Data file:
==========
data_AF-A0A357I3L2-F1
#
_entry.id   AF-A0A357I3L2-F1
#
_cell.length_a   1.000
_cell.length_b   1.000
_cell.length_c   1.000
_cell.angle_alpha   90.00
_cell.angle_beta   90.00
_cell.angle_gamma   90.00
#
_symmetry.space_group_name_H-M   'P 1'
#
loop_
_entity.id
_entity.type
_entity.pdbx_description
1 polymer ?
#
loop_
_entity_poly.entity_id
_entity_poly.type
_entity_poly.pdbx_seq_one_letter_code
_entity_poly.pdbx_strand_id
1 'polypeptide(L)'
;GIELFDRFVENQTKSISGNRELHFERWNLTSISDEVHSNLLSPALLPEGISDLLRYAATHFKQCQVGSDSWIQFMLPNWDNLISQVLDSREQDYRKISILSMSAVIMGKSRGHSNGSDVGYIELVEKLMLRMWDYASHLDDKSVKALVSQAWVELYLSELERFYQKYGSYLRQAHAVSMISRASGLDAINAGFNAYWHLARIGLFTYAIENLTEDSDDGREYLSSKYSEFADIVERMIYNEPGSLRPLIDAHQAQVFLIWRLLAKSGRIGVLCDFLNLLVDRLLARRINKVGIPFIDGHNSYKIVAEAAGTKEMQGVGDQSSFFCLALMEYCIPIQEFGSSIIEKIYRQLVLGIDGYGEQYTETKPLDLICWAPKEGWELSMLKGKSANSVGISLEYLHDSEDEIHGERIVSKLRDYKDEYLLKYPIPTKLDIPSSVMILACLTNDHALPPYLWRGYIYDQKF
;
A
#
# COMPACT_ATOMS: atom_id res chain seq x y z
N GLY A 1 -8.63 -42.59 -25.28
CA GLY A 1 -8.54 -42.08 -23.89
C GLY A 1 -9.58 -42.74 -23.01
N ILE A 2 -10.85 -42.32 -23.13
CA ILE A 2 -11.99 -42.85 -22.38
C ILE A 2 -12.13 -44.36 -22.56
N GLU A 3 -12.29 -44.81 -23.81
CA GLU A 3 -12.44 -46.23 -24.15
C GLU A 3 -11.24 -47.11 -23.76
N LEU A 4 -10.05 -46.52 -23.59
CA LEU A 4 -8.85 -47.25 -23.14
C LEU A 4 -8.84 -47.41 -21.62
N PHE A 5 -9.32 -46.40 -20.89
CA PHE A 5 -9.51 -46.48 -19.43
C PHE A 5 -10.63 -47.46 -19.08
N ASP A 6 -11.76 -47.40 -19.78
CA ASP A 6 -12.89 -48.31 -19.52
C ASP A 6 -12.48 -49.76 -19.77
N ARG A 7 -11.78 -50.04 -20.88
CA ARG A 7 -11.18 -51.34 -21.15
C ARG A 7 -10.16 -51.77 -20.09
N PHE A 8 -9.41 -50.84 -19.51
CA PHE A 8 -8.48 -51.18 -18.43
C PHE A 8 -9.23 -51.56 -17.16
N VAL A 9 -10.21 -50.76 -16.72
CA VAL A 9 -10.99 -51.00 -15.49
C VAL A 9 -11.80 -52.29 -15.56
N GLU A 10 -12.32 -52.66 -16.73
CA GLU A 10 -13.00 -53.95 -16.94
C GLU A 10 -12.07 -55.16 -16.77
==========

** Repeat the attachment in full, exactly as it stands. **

data_AF-A0A357I3L2-F1
#
_entry.id   AF-A0A357I3L2-F1
#
_cell.length_a   1.000
_cell.length_b   1.000
_cell.length_c   1.000
_cell.angle_alpha   90.00
_cell.angle_beta   90.00
_cell.angle_gamma   90.00
#
_symmetry.space_group_name_H-M   'P 1'
#
loop_
_entity.id
_entity.type
_entity.pdbx_description
1 polymer ?
#
loop_
_entity_poly.entity_id
_entity_poly.type
_entity_poly.pdbx_seq_one_letter_code
_entity_poly.pdbx_strand_id
1 'polypeptide(L)'
;GIELFDRFVENQTKSISGNRELHFERWNLTSISDEVHSNLLSPALLPEGISDLLRYAATHFKQCQVGSDSWIQFMLPNWDNLISQVLDSREQDYRKISILSMSAVIMGKSRGHSNGSDVGYIELVEKLMLRMWDYASHLDDKSVKALVSQAWVELYLSELERFYQKYGSYLRQAHAVSMISRASGLDAINAGFNAYWHLARIGLFTYAIENLTEDSDDGREYLSSKYSEFADIVERMIYNEPGSLRPLIDAHQAQVFLIWRLLAKSGRIGVLCDFLNLLVDRLLARRINKVGIPFIDGHNSYKIVAEAAGTKEMQGVGDQSSFFCLALMEYCIPIQEFGSSIIEKIYRQLVLGIDGYGEQYTETKPLDLICWAPKEGWELSMLKGKSANSVGISLEYLHDSEDEIHGERIVSKLRDYKDEYLLKYPIPTKLDIPSSVMILACLTNDHALPPYLWRGYIYDQKF
;
A
#
# COMPACT_ATOMS: atom_id res chain seq x y z
N GLY A 1 -8.63 -42.59 -25.28
CA GLY A 1 -8.54 -42.08 -23.89
C GLY A 1 -9.58 -42.74 -23.01
N ILE A 2 -10.85 -42.32 -23.13
CA ILE A 2 -11.99 -42.85 -22.38
C ILE A 2 -12.13 -44.36 -22.56
N GLU A 3 -12.29 -44.81 -23.81
CA GLU A 3 -12.44 -46.23 -24.15
C GLU A 3 -11.24 -47.11 -23.76
N LEU A 4 -10.05 -46.52 -23.59
CA LEU A 4 -8.85 -47.25 -23.14
C LEU A 4 -8.84 -47.41 -21.62
N PHE A 5 -9.32 -46.40 -20.89
CA PHE A 5 -9.51 -46.48 -19.43
C PHE A 5 -10.63 -47.46 -19.08
N ASP A 6 -11.76 -47.40 -19.78
CA ASP A 6 -12.89 -48.31 -19.52
C ASP A 6 -12.48 -49.76 -19.77
N ARG A 7 -11.78 -50.04 -20.88
CA ARG A 7 -11.18 -51.34 -21.15
C ARG A 7 -10.16 -51.77 -20.09
N PHE A 8 -9.41 -50.84 -19.51
CA PHE A 8 -8.48 -51.18 -18.43
C PHE A 8 -9.23 -51.56 -17.16
N VAL A 9 -10.21 -50.76 -16.72
CA VAL A 9 -10.99 -51.00 -15.49
C VAL A 9 -11.80 -52.29 -15.56
N GLU A 10 -12.32 -52.66 -16.73
CA GLU A 10 -13.00 -53.95 -16.94
C GLU A 10 -12.07 -55.16 -16.77